This article was originally published on January 19, 2023 at Let’s Recycle.
In the area of waste management, the Environment Act 2021 contains a range of provisions relating to issues such as producer responsibilities, charges for single-use plastics, deposit return schemes, prevention of waste crimes and other miscellaneous provisions.
These provisions introduce a more comprehensive duty on waste collection authorities (WCAs) to collect and separate recyclables and residual waste, including a new duty to collect food waste (currently WCAs have a discretion whether to collect this).
Dry and wet recyclables shall not be collected together and, importantly, food waste must be collected at least once a week. Government has said these provisions will be introduced in 2023, but there is nothing imminent. But, these provisions will undoubtedly add to the cost burdens of WCAs. However, government has indicated (when the Environment Bill was in consultation) that “the additional burden presented… will be appraised in line with the New Burdens Doctrine and costs of new duties will be funded”.
For WCAs, this may provide some comfort, despite a generally challenging financial environment. On the face of it, whether a WCA collects its domestic waste itself or engages a waste contractor, the cost of this will be met by additional resource from government.
However, the effect and cost of these new duties will be felt more widely than simply on the collection arrangements. It is not clear whether the assurance from government will also apply beyond the specific duties and address the consequential costs which will be faced in the sector.
This is because the effect will also be felt in arrangements made for recycling, the management of household waste recycling centres (HWRCs) and waste transfer and disposal contracts, especially those which employ energy from waste (EfW) as an end destination for disposal whether directly or through off-take contracts.
The separate collection of food waste will not only impose new costs on collection, but will also affect disposal. Removal of food waste from the residual waste stream will affect its volume and composition. Not only will waste volume be reduced, but this may also affect the calorific value of the waste delivered to EfW facilities.
The calorific value of waste sent to EfW could change
The operators of those facilities may have to source additional waste, perhaps from the commercial market, to both maintain volume but also the mass balance. Even if the waste disposal authority (WDA) benefits financially from the reduced volume of waste (which might be the case on a take and pay basis which does not impact guaranteed minimum tonnages), the food waste still needs to be disposed of somewhere.
Disposal contracts will typically contain qualifying change in law provisions. In larger scale projects such as PFI/PPP, such clauses will protect the contractor from any financial downside which follows the introduction of new legislation.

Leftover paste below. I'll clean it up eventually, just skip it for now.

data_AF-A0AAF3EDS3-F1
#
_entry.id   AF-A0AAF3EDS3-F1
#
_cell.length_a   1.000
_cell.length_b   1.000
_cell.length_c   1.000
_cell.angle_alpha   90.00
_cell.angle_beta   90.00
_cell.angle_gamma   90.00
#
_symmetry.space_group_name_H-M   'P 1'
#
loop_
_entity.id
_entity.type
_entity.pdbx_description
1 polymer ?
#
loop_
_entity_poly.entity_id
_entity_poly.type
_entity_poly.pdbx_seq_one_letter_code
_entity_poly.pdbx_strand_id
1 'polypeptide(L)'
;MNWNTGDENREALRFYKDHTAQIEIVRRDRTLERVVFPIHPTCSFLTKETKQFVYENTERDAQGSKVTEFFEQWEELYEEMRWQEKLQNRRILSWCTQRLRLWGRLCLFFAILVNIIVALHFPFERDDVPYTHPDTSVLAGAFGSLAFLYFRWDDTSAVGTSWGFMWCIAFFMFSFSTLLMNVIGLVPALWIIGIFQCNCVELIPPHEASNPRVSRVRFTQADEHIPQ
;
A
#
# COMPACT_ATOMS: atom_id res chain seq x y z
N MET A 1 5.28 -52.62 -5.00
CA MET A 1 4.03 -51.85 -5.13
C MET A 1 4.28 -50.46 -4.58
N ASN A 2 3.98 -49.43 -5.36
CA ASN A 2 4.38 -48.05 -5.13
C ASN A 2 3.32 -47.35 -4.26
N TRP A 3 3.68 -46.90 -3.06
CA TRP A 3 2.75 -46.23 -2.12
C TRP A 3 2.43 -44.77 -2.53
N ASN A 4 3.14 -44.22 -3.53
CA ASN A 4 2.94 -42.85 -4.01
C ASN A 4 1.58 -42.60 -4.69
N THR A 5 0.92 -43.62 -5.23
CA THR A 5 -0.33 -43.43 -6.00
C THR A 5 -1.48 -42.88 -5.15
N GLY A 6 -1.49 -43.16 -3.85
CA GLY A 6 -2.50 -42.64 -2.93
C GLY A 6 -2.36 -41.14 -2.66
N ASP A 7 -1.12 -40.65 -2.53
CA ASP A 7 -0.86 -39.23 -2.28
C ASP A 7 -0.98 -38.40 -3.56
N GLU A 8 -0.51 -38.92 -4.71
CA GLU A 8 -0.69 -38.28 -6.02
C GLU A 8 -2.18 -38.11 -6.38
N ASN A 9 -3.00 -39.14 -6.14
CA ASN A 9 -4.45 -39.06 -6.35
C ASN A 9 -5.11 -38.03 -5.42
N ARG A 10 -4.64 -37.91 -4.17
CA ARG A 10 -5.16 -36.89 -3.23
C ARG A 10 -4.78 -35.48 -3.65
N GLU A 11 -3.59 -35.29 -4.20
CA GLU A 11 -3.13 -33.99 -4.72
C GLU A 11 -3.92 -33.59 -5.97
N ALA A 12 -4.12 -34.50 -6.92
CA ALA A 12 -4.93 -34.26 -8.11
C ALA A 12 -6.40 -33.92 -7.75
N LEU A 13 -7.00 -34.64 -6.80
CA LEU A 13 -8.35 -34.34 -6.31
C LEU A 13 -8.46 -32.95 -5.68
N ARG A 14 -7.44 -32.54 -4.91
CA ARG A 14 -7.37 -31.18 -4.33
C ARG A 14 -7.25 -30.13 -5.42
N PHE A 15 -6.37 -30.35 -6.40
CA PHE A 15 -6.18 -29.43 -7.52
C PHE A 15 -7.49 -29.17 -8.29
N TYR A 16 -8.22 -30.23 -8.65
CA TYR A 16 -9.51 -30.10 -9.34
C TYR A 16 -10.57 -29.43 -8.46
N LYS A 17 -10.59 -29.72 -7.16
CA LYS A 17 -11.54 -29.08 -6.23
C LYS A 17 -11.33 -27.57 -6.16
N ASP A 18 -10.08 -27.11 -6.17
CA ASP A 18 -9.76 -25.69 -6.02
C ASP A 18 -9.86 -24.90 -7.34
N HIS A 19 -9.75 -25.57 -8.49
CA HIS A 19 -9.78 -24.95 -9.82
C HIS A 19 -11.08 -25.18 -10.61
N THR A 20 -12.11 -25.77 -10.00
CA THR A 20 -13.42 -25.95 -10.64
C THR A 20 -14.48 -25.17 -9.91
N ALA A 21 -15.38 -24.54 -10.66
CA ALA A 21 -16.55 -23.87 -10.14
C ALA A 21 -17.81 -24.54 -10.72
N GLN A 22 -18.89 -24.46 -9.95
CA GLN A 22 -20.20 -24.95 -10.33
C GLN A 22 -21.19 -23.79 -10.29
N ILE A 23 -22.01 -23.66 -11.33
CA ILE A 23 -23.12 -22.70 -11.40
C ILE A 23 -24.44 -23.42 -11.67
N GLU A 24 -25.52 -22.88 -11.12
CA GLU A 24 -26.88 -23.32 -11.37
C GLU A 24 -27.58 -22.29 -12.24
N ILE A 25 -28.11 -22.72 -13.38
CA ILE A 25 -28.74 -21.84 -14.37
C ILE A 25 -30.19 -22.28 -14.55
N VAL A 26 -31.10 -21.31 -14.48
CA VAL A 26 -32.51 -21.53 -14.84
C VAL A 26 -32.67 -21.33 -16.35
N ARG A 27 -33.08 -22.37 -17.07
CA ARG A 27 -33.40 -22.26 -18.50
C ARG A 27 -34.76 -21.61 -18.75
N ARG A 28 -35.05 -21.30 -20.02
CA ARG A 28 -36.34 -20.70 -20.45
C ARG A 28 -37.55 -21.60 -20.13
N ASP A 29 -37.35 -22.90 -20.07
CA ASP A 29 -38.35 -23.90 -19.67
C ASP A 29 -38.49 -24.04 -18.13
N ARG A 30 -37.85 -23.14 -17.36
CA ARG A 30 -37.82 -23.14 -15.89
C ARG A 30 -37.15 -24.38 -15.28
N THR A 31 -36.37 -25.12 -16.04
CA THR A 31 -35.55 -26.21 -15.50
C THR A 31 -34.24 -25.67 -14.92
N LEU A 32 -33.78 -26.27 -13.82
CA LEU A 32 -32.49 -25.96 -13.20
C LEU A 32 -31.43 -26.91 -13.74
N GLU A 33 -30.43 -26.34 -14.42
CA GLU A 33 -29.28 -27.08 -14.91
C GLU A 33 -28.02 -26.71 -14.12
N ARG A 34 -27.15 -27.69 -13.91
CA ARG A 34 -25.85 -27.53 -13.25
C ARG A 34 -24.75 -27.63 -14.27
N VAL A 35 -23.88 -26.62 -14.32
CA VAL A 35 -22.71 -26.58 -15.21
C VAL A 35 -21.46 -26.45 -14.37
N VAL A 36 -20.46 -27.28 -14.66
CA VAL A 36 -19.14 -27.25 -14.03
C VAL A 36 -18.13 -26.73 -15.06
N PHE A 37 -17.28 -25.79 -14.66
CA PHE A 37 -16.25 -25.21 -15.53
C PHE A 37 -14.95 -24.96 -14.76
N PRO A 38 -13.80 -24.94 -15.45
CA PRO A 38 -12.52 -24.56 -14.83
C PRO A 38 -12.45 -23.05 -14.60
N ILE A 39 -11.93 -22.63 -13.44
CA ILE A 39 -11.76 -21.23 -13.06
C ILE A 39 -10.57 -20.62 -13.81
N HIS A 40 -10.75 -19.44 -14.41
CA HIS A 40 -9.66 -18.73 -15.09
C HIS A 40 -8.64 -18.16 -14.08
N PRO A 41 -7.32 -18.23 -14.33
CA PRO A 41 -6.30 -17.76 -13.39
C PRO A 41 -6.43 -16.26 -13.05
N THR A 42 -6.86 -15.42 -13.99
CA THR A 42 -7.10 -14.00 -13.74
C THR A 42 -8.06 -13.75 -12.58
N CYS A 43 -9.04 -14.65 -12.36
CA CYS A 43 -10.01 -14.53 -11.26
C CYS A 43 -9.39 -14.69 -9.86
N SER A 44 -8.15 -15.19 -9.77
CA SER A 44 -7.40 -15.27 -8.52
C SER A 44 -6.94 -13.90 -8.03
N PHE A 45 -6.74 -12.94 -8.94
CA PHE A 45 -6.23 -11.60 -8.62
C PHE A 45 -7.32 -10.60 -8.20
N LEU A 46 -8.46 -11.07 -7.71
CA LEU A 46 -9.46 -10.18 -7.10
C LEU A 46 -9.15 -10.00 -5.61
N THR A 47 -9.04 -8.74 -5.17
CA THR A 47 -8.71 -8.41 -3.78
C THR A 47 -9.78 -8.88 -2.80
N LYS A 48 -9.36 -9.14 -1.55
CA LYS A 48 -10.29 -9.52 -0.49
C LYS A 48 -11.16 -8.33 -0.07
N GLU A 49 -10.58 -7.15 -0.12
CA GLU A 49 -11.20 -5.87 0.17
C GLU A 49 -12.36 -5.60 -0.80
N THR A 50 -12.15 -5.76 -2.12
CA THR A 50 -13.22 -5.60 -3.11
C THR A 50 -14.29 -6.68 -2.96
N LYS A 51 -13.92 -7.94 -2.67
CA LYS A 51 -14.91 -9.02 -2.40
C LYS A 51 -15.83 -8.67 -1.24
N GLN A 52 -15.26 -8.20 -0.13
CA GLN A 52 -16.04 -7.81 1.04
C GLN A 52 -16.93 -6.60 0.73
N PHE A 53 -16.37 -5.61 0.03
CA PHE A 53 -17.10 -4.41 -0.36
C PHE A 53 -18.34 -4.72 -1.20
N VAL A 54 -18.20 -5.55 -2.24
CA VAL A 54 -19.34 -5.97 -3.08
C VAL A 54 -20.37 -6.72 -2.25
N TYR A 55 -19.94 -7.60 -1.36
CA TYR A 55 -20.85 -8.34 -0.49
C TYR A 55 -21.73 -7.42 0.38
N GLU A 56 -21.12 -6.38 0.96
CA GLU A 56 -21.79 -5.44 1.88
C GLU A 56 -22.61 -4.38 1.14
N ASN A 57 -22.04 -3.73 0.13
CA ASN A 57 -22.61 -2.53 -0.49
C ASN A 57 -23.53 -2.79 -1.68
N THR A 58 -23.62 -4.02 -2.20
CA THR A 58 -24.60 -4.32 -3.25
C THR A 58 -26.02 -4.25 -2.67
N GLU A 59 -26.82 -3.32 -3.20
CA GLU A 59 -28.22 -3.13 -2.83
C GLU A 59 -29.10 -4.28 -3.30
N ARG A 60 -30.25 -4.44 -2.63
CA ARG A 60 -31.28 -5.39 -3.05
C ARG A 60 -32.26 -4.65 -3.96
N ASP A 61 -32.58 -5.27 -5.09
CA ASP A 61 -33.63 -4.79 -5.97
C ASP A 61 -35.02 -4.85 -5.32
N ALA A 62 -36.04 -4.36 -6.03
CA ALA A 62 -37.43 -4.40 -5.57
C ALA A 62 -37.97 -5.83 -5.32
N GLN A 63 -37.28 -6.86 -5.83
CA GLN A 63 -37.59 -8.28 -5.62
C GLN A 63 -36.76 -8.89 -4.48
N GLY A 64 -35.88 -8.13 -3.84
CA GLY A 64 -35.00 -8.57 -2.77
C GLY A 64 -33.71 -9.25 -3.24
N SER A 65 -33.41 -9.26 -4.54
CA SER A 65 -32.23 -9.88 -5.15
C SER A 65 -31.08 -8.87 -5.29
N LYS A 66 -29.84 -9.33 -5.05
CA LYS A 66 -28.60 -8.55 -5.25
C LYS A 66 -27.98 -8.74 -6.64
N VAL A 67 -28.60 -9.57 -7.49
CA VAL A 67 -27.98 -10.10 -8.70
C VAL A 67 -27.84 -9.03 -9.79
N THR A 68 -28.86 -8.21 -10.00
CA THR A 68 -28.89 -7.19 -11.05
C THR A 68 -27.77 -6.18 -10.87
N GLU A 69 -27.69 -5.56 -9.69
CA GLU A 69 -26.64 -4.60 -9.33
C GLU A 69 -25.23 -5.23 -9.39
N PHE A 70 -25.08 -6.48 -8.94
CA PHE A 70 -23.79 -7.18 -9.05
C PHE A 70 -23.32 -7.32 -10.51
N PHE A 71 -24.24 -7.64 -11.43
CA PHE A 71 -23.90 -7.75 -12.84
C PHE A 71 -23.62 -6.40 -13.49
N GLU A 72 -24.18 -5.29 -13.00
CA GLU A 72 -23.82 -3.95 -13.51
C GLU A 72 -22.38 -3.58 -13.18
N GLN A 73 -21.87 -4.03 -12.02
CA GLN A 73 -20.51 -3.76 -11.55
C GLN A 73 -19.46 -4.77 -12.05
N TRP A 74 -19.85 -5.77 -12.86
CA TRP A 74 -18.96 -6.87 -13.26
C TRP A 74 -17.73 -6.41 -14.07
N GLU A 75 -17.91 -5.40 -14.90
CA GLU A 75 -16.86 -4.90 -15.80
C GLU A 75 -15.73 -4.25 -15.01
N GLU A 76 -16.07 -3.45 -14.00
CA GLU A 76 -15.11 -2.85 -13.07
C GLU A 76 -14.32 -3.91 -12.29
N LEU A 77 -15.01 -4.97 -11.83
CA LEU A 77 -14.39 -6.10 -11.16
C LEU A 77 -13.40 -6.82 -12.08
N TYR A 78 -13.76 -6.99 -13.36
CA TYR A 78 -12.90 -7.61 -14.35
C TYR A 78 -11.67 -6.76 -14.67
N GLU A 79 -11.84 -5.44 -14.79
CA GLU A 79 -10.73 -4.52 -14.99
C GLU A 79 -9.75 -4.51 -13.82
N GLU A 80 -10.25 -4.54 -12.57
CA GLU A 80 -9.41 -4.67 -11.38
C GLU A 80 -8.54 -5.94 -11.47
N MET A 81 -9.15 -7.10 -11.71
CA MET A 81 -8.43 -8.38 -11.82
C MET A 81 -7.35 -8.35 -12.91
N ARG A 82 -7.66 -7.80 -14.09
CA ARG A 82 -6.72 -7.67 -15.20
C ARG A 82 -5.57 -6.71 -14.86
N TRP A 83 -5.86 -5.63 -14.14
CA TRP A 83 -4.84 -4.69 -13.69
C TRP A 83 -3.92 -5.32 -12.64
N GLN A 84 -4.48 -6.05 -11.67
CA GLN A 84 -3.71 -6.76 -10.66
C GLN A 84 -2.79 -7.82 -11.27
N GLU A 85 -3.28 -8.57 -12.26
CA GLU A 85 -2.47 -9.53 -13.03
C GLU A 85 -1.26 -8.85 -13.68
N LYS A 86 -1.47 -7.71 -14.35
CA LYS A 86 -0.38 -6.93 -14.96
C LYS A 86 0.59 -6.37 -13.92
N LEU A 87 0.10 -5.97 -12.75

However, it is important for all parties that they pay careful attention to those provisions to check that they provide the protection/pass the risk (depending upon your perspective) anticipated. One of the key facets of a change in law provision is that protection is usually not given for changes which could be anticipated when the contract commenced. In this case, government’s intentions were clear from the Resources and Waste Strategy in December 2018 (and possibly before).
The private sector is unsurprisingly wary of taking the risk on any changes in law, even where foreseeable, in an area which has typically been full of future policy proposals. In negotiating contracts, therefore, they will often succeed in securing carve-outs for particular risks or even include a “waste law list” of potential measures which will nevertheless be deemed to be qualifying changes in law, despite their foreseeability. We have already seen that protection given for separate food collections.
The alternative methods of treatment for food waste tend to be either anaerobic digestion or in-vessel compositing. The economics of such arrangements are complex, with the sale of power and compost potentially of some value. However, whether this can fully compensate for the additional cost of placing a new contract remains to be seen. The position is further complicated by the fact that where the WCA and the WDA are separate (in two-tier areas), it may be the WCA which seeks to find a source for the food waste, making use of its own powers of recycling.
Extended recycling on the doorstep will potentially reduce the amount of waste which is currently brought to HWRCs. This might be felt once (if) the deposit return scheme gets up and running (less plastic to run through recycling contracts) and also if WCAs decide to combine food waste collection with collection of garden waste.
These changes will bring environmental benefits but authorities will need to be well-prepared.
Currently most WCAs make a charge for collection of garden waste, which means that many householders will take that waste to the HWRC. If, however, it is collected for free with food waste (for which a charge cannot be made), this will see an overall reduction in the amount of garden waste brought to the HWRC.
These changes will undoubtedly bring environmental benefits. But authorities and contractors alike will need to be well-prepared to make sure that they do not get caught out in their current contractual arrangements.
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